URBAN AFRO: the group since it was created has no support from the mayors or the government entities of the city, UrbanAfro is a non-profit group that sustains itself from presentations and activities organized by the same people in the group to be able to subsist in the environment artistically.


AFROCONEX: Does urban Afro perform throughout the city of Medellin ? Can you give some examples of where the group has perform ?


URBAN AFRO: UrbanAfro appears in any type of space where our services are requested, through dance shows, rumba classes, aerobics, personalized classes ETC.


We have presented ourselves at the city level in many events, such as in FERIA DE LAS FLORES (flower festival) CONCIERTO DE LAS OSADIAS SEMANA DE LA JUVENTUD, (youth week concert) At the departmental level we were winners in 2 categories in the FESTIVAL DE POR SU SALUD BAILELO PUES, representing Medellín. On 2 occasions we represented Medellín in the municipality of Amalfi. In the 2022 EDUCATIONAL FORUM and in RIONEGRO in 2019. We also presented in 2019 in TOUR COLOMBIA 2.1 DE CICLISM. We presented our play called SILENCIO EN LAS COMUNAS (silence in the communities) during AFRO NIGHT in November 2020, in the Metropolitan Theater of Medellín and in other stages of the city.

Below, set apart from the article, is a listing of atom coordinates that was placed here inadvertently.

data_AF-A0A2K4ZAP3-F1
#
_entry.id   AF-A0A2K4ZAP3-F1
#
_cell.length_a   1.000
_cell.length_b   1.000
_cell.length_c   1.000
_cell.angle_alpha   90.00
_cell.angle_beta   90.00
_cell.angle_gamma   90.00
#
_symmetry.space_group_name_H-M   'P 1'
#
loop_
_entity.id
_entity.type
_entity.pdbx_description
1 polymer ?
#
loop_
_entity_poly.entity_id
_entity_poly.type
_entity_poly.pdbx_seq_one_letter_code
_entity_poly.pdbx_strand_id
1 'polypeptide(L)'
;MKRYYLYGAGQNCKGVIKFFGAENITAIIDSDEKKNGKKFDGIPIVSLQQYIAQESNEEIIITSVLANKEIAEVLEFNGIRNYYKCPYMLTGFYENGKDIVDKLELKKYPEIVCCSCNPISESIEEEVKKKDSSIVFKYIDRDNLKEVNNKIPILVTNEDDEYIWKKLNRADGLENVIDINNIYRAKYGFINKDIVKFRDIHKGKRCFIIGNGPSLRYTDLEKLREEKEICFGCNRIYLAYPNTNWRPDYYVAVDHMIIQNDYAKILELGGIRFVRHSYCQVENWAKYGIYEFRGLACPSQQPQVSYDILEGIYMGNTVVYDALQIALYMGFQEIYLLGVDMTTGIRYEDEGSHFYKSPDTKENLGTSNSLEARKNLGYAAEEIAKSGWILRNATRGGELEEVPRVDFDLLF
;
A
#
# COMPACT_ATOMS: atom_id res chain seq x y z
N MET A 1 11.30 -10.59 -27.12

AFROCONEX: Why do you think Afro dance has become so popular with the dancers in Medellin ?


URBAN AFRO: Afro dance began to be formalized with great impact around the year 2019. Many of the Afro population in the city grew an interest in knowing about their ethnic and cultural traditions. This gave rise to people within those cultural traditions to begin practicing Afro dance.


The story of Urban Afro is one of hope and the power of dance. Yes dance is performative and it is an art, but we cannot overlook that dance is also community, and can be used an instrument for positive change.



 

KenKen and the dancers of Urban Afro

 

left: William Torres (director of Urban Afro), middle: KenKen (co-founder AfroConex), right: Jose David (Manager of Urban Afro)


Juancho (Juan Esteban Murillo) founder of Urban Afro


left: Yieson. Middle: KenKen (AfroConex). Right: Juancho


KenKen giving a class with the students of Urban Afro


KenKen giving a class with the students of Urban Afro



Urban Afro students performance


Urban Afro Students performance